20 Year Old Kills Friend in 2004: Supreme Court of Georgia Denies New Trial

Paragraph five reads:  "During last year's appeal, Futch's lawyer, John Martin, argued that the trial attorney, Richard Hagler, should have investigated how the alcohol Futch drank interacted with his medication for depression and for a misdiagnosis of attention-deficit disorder by making him more aggressive. If Hagler had researched Futch's medical history more, the judge might have let him tell the jury what was going on in Futch's body and won a manslaughter conviction instead of murder, Martin told the seven justices."
 
SSRI Stories Note:  The Physicians Desk Reference states that
antidepressants can cause a craving for alcohol and alcohol abuse.  Also, the liver cannot metabolize the antidepressant and the alcohol simultaneously,  thus leading to higher levels of both alcohol and the antidepressant in the human body.  

http://romenews-tribune.com/view/full_story/5656419/article-Supreme-court-denies-request-for-a-new-murder-trial-for-deputy-s-son?instance=home_news

Supreme court denies request for a new murder trial for deputy's son
by Morris News Service

ATLANTA — The Georgia Supreme Court ruled Monday that the son of a Glynn County deputy has no right to a second murder trial.

A lawyer for Jason William Futch had asked the court to overturn his murder conviction and life sentence and to grant a new trial because his attorney at his three-day 2004 trial was not competent. Futch was convicted of firing a shotgun through a closed door and killing Michael Weaver of Macon.

The state's top court issued its decision on what would have been Weaver's 27th birthday.

Both Futch and Weaver were college students in 2003 when Weaver and other friends of Futch's roommate spent the night in Futch's Atlanta apartment. During roughhousing with Weaver, Futch lost his temper, went into his bedroom and got a shotgun his father had given him, according to trial witnesses.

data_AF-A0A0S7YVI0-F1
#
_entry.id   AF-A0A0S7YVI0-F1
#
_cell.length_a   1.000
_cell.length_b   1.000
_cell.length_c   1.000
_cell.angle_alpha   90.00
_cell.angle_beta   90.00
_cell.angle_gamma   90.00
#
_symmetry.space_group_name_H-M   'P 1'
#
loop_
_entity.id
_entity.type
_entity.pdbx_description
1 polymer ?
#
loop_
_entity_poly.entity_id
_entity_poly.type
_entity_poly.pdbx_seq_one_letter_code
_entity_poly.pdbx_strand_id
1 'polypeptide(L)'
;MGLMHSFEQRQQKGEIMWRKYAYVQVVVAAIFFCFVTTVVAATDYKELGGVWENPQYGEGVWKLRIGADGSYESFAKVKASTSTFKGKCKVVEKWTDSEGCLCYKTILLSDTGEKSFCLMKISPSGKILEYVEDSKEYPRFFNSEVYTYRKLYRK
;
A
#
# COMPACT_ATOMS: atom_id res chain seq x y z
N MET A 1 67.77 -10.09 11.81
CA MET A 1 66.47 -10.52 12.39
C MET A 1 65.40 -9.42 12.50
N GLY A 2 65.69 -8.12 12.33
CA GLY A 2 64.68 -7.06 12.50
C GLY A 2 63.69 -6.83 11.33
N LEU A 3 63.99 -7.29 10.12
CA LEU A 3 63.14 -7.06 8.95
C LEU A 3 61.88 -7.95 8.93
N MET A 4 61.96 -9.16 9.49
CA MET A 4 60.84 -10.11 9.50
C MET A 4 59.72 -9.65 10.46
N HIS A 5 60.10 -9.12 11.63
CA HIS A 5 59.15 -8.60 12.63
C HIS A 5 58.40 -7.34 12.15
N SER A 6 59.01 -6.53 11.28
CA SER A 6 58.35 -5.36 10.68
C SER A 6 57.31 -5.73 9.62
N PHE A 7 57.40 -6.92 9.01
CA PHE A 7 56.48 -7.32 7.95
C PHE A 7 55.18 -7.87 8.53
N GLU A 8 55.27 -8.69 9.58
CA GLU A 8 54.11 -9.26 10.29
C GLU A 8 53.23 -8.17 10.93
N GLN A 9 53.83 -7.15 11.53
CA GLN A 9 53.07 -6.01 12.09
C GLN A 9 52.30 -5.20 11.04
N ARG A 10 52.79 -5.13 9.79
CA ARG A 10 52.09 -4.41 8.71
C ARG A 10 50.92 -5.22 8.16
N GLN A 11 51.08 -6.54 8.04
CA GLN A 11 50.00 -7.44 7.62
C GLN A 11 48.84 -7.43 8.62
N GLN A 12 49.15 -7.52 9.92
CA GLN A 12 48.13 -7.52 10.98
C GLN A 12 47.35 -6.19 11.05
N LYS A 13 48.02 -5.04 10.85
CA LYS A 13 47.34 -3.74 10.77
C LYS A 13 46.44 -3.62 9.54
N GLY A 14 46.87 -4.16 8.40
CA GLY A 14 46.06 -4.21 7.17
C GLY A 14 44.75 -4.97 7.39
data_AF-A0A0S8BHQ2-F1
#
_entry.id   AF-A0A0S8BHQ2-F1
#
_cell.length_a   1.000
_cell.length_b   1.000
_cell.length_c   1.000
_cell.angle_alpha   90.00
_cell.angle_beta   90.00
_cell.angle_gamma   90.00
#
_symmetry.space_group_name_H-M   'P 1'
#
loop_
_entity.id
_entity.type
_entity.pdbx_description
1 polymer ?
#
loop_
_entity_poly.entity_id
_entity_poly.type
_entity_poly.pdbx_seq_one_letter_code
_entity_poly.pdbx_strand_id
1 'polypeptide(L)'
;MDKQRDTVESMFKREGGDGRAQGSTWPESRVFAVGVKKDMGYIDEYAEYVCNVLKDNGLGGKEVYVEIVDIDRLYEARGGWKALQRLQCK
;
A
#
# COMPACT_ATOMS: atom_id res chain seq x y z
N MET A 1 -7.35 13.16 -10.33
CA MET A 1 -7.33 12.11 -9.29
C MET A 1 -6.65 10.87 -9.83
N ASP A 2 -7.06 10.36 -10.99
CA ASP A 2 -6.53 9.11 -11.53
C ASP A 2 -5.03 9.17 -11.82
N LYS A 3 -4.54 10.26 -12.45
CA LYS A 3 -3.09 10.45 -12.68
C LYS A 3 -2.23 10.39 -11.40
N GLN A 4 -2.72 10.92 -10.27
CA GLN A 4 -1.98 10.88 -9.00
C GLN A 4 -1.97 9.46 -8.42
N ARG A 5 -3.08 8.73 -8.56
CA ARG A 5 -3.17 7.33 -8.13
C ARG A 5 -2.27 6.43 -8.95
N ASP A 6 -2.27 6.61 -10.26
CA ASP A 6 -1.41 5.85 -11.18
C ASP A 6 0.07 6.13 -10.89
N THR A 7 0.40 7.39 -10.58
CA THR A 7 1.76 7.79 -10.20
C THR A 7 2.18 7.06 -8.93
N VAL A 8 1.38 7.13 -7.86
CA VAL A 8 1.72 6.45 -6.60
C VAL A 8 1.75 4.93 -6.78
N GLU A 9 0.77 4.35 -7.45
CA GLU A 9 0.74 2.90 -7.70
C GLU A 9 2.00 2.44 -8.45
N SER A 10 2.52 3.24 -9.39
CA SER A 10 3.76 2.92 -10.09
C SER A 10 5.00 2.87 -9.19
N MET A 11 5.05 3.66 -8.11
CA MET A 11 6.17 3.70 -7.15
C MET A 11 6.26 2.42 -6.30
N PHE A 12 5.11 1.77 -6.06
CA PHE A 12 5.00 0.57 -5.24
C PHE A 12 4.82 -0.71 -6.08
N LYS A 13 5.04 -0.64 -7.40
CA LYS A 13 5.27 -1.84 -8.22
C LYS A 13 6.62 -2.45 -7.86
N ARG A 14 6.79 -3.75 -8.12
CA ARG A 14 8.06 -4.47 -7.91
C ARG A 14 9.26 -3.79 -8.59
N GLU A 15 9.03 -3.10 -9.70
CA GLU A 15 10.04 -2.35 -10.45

During last year's appeal, Futch's lawyer, John Martin, argued that the trial attorney, Richard Hagler, should have investigated how the alcohol Futch drank interacted with his medication for depression and for a misdiagnosis of attention-deficit disorder by making him more aggressive. If Hagler had researched Futch's medical history more, the judge might have let him tell the jury what was going on in Futch's body and won a manslaughter conviction instead of murder, Martin told the seven justices.

Monday, Justice Harris Hines wrote that there was no way Hagler could have known of the misdiagnosis because neither Futch nor his family knew about it at the time of the trial.

"Under these circumstances, it cannot be said that trial counsel's acceptance of the medical diagnosis made by Futch's own doctor constitutes a professional deficiency, that is, that it was outside the range of professional conduct," Hines wrote.